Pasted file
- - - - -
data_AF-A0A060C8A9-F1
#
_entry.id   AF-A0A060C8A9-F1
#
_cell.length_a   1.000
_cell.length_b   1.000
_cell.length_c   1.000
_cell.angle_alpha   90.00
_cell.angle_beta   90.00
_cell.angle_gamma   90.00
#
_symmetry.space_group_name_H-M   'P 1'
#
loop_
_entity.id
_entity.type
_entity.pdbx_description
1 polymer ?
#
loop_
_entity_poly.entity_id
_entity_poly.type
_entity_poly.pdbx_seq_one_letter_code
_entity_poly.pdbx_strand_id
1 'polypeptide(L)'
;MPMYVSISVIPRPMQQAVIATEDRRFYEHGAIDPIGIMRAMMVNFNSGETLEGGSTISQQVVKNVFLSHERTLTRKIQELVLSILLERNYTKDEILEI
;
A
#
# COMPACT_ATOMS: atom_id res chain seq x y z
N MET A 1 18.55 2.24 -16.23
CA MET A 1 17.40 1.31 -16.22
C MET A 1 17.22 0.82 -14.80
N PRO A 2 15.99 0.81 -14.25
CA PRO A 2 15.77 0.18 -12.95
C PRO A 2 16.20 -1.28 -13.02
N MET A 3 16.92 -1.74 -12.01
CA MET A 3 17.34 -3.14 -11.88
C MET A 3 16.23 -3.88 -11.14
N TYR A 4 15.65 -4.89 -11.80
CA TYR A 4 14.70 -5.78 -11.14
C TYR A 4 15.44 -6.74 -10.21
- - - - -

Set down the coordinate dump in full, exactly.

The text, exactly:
data_AF-A0A060C8A9-F1
#
_entry.id   AF-A0A060C8A9-F1
#
_cell.length_a   1.000
_cell.length_b   1.000
_cell.length_c   1.000
_cell.angle_alpha   90.00
_cell.angle_beta   90.00
_cell.angle_gamma   90.00
#
_symmetry.space_group_name_H-M   'P 1'
#
loop_
_entity.id
_entity.type
_entity.pdbx_description
1 polymer ?
#
loop_
_entity_poly.entity_id
_entity_poly.type
_entity_poly.pdbx_seq_one_letter_code
_entity_poly.pdbx_strand_id
1 'polypeptide(L)'
;MPMYVSISVIPRPMQQAVIATEDRRFYEHGAIDPIGIMRAMMVNFNSGETLEGGSTISQQVVKNVFLSHERTLTRKIQELVLSILLERNYTKDEILEI
;
A
#
# COMPACT_ATOMS: atom_id res chain seq x y z
N MET A 1 18.55 2.24 -16.23
CA MET A 1 17.40 1.31 -16.22
C MET A 1 17.22 0.82 -14.80
N PRO A 2 15.99 0.81 -14.25
CA PRO A 2 15.77 0.18 -12.95
C PRO A 2 16.20 -1.28 -13.02
N MET A 3 16.92 -1.74 -12.01
CA MET A 3 17.34 -3.14 -11.88
C MET A 3 16.23 -3.88 -11.14
N TYR A 4 15.65 -4.89 -11.80
CA TYR A 4 14.70 -5.78 -11.14
C TYR A 4 15.44 -6.74 -10.21